One of the works that influenced me in my early years (in the 1960s) was Dag Hammarskjold’s Markings.
Hammarskjold was the Secretary General of the United Nations who died in a plane crash in the Congo on September 18, 1961. He was there to help negotiate a peace in that land that still is besieged by conflict.
After his death a book he had left was published. It contained the wisdom he had written in his journals over his years of public service.
One quote has stuck with me because it helps me see that what really count are not the great deeds we dream of but the small deeds of faithfulness in daily life. It is so easy to try to live the “great commitment” but miss the faithfulness in the little things that make great things happen.
“The ‘great’ commitment is so much easier than the ordinary everyday one — and can all too easily shut our hearts to the latter. A willingness to make the ultimate sacrifice can be associated with, and even produce, a great hardness of heart….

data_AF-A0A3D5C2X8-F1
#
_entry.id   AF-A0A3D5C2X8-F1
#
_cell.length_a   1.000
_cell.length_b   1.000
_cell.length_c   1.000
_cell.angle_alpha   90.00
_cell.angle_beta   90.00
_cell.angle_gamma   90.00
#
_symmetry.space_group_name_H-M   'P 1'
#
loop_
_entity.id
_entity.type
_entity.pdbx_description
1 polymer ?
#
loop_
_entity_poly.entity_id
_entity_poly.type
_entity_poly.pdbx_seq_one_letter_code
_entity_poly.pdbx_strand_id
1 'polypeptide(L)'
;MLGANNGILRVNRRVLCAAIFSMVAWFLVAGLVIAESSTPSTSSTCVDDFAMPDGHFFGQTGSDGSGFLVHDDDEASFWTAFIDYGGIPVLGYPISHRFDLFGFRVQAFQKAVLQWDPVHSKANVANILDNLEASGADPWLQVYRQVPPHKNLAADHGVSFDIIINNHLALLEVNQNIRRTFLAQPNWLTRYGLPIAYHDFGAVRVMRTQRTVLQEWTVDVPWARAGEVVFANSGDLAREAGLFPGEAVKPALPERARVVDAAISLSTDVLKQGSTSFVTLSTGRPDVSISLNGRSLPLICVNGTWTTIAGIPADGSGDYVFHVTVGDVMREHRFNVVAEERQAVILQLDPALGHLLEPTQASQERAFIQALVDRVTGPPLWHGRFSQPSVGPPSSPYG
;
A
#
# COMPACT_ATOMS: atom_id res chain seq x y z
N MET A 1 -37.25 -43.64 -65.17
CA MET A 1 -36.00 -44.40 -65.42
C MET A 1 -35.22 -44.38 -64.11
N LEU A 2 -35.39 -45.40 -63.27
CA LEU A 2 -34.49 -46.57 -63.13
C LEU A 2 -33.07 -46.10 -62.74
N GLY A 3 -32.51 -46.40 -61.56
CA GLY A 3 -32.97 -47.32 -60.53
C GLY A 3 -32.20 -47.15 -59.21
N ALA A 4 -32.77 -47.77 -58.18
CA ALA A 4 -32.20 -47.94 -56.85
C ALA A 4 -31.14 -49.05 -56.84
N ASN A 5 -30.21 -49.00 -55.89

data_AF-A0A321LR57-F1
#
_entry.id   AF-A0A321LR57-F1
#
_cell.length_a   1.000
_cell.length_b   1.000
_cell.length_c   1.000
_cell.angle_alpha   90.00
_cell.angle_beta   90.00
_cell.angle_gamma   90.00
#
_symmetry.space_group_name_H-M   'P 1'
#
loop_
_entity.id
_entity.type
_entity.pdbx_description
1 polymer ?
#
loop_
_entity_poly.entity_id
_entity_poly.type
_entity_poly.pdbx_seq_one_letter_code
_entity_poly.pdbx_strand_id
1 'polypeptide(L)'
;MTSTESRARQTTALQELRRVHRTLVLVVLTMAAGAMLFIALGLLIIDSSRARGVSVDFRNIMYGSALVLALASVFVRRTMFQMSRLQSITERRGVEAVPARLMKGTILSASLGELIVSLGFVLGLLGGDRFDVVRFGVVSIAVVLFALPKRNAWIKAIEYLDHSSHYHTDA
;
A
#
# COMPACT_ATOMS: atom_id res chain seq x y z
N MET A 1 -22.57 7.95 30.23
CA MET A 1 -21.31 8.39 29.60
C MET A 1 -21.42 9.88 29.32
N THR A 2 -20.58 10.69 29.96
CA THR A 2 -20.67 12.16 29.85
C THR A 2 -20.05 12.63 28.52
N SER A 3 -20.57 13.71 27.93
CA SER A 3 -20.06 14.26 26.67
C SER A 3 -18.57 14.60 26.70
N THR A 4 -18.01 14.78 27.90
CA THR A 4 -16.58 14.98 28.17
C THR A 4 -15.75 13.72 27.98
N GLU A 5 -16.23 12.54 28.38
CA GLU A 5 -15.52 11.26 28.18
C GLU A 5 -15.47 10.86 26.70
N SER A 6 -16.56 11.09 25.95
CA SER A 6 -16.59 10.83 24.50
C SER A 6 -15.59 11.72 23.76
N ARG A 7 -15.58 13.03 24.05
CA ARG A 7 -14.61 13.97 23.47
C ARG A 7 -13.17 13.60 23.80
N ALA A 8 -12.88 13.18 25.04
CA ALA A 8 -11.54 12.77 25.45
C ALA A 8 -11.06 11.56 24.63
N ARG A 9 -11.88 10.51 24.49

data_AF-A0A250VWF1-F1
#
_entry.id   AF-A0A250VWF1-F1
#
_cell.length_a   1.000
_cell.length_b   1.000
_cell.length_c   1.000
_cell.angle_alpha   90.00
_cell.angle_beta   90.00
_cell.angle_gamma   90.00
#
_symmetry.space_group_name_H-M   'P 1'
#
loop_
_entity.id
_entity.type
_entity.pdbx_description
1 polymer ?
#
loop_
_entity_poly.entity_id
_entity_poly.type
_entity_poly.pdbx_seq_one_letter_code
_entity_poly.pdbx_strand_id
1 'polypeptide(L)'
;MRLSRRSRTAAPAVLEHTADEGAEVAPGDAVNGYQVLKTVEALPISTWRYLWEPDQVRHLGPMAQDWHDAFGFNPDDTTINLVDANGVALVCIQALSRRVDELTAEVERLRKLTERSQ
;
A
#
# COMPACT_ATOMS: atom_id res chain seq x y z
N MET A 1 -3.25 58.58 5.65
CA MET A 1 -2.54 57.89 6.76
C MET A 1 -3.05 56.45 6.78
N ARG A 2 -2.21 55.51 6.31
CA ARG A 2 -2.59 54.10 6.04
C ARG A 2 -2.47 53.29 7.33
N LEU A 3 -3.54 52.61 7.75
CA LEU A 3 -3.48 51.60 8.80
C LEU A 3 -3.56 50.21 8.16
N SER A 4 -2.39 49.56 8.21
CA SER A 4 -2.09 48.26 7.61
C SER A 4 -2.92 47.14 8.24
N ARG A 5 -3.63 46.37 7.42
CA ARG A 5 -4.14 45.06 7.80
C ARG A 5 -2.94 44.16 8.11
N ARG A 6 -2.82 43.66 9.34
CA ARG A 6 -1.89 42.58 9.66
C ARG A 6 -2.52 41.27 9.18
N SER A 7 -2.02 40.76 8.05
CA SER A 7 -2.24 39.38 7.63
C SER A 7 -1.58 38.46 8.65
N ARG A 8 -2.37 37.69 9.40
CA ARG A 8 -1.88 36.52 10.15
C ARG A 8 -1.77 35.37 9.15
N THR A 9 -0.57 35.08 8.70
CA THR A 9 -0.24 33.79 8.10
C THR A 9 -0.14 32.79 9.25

“The ‘great’ commitment all too easily obscures the ‘little’ one. But without the humility and warmth which you have to develop in your relations to the few with whom you are personally involved, you will never be able to do anything for the many. Without them, you will live in a world of abstractions, where your solipsism, your greed for power, and your death-wish lack one opponent which is stronger than they – love. Love, which is without an object, the outflowing of a power released by self-surrender, but which would remain a sublime sort of super-human self-assertion, powerless against the negative forces within you, if it were not tamed by the yoke of human intimacy and warmed by its tenderness. It is better for the health of the soul to make one [person] good than ‘to sacrifice oneself for [hu]mankind.’ For a mature [person], these are not alternatives, but two aspects of self-realization, which mutually support each other, both being the outcome of one and the same choice.”